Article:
The Trouble with “Bible Study”

bible study title

When I was a little girl, which was roughly 30-35 years ago, depending on how you define “little,” I was occasionally taken along with adults in my life to a Bible study.  In these gatherings, which were boring and didn’t really include me, I would be set up somewhere near the grownups with my toys and my books and told to be quiet and on my best behavior.

The grownups would all sit together in someone’s living room, say prayers, and read from the Bible aloud.  This is what Bible study looked like every time, no matter which group of adults I was visiting.  I witnessed such gatherings between Baptists, non-denominational Protestants, Roman Catholics, and once, by a circumstance I no longer recall, a group of Presbyterians.  My point is that the entire Body of Christ in the United States understood “Bible study” to be a gathering of people who came together to study the Bible.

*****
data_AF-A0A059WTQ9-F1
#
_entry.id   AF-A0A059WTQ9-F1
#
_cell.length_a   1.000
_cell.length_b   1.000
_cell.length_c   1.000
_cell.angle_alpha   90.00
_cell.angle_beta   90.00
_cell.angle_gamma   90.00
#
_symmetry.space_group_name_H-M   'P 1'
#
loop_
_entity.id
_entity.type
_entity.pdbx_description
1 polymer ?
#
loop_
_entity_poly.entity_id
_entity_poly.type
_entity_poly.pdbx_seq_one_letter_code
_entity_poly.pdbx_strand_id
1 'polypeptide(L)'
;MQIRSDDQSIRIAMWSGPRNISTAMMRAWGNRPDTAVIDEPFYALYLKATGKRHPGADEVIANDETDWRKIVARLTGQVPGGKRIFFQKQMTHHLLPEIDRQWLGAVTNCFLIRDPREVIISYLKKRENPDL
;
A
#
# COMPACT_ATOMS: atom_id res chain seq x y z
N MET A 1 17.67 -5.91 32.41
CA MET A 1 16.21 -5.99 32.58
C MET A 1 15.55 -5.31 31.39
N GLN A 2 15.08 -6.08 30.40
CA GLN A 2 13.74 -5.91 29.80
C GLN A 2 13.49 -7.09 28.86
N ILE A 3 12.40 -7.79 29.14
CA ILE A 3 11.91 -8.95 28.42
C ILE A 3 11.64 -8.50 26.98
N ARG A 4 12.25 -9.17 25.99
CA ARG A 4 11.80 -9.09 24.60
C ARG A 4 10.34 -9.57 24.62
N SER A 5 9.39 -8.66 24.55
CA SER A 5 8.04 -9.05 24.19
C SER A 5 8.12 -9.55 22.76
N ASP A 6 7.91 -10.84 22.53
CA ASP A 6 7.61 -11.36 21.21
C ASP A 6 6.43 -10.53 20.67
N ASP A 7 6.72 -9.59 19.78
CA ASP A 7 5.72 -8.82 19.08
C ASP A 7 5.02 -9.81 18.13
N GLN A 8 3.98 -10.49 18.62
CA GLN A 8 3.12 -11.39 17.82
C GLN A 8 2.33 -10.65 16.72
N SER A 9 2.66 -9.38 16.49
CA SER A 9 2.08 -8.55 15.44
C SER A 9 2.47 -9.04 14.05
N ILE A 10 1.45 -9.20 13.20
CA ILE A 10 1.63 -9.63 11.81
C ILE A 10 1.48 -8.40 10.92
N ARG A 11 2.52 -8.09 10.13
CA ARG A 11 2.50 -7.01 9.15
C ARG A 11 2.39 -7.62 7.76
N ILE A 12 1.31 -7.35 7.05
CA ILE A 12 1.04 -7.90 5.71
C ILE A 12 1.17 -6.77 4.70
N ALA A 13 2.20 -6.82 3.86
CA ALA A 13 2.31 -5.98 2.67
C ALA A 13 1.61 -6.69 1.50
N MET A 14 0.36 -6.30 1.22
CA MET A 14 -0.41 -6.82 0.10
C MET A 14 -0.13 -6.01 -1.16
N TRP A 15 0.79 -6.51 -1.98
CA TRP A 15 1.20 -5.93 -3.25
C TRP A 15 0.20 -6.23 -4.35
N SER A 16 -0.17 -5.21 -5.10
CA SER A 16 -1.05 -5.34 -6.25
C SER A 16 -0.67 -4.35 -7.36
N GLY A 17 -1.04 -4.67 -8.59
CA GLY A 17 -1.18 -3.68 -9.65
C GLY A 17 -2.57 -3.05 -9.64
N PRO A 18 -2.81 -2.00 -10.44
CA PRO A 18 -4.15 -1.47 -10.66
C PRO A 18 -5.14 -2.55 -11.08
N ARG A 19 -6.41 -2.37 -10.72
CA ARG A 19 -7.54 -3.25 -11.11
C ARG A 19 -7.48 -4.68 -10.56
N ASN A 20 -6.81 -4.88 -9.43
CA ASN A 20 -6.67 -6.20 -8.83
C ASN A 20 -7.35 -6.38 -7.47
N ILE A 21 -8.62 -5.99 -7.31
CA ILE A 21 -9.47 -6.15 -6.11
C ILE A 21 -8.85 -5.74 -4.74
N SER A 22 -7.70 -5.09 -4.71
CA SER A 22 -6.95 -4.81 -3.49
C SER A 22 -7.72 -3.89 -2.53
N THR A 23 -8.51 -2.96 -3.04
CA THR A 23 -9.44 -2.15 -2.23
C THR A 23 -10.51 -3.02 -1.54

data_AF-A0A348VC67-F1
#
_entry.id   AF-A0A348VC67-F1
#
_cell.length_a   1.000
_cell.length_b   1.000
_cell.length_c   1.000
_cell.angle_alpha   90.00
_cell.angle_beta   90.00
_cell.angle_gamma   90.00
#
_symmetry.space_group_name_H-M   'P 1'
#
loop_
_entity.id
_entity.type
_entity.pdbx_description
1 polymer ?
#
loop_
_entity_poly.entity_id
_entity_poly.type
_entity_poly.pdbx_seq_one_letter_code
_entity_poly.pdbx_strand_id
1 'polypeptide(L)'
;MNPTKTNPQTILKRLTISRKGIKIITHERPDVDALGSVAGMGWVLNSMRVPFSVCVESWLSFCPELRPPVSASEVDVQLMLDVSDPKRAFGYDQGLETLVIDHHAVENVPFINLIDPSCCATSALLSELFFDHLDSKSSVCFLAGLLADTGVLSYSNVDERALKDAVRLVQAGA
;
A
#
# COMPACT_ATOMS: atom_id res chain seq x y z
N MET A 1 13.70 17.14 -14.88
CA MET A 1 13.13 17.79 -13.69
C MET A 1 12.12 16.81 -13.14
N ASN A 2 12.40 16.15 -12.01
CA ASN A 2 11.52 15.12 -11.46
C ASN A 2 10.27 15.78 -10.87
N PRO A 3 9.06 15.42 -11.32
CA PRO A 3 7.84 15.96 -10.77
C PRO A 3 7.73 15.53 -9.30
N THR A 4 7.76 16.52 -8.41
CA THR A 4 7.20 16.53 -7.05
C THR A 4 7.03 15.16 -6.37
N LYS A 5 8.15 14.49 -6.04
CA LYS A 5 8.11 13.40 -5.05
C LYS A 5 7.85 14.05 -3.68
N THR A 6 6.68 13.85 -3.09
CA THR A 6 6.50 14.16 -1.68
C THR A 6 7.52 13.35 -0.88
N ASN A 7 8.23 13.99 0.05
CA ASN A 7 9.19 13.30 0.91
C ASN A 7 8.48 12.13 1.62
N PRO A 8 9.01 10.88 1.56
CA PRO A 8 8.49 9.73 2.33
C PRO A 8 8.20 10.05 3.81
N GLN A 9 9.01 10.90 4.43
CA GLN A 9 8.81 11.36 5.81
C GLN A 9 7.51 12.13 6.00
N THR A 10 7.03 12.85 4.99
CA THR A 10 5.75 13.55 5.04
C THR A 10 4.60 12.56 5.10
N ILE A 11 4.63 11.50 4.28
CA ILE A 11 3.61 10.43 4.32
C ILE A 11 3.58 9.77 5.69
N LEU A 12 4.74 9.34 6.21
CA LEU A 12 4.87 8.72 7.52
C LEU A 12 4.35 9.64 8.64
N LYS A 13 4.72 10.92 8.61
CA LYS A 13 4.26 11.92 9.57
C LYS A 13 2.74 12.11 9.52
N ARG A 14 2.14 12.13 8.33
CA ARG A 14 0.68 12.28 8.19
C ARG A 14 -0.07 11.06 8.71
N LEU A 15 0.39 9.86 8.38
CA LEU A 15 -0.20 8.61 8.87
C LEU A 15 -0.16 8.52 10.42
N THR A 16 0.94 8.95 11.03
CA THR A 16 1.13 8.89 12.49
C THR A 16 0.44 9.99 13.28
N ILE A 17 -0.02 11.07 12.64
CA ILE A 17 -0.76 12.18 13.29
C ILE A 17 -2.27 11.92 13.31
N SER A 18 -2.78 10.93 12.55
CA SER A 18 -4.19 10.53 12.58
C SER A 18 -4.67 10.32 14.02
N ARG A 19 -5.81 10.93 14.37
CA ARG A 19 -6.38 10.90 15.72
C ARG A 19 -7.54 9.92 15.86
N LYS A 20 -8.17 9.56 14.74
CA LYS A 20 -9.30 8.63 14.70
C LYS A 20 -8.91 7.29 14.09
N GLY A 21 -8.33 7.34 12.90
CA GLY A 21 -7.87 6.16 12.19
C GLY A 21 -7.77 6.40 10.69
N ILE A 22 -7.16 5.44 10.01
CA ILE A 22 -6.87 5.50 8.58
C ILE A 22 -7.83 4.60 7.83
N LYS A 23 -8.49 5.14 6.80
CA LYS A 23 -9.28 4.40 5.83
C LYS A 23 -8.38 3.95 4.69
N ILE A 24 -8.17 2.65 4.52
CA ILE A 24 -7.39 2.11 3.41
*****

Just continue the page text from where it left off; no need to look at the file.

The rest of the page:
In fits and starts through my life from about the age of 12 to the age of 40, whenever I felt pulled to read my Bible, I never got any devotional books, study guides, recorded sermons, or self-help books involved.  I didn’t know such things existed for most of that time, so I never went searching for them.  For me, it was just a Bible, a highlighter, and the Holy Spirit.  Sometimes, there would be a notebook and pen involved, but that was it.

Apparently, this isn’t how we do things in the Body anymore.

Small Group Isn’t Always Bible Study

The way we study the Bible in America has changed.  In 1980, Bible studies were virtually always a gathering of people who spent a couple of hours reading the Word together and praying, and that was it.  There was nothing else involved.  In 2017, Bible studies are virtually always a gathering of people who spend a couple of hours watching pre-recorded lessons, write some words in blanks in books that are not the Bible, and then talk about “discussion questions” at the end of the video.  People share feelings and stories, end with a prayer, and then everybody goes home.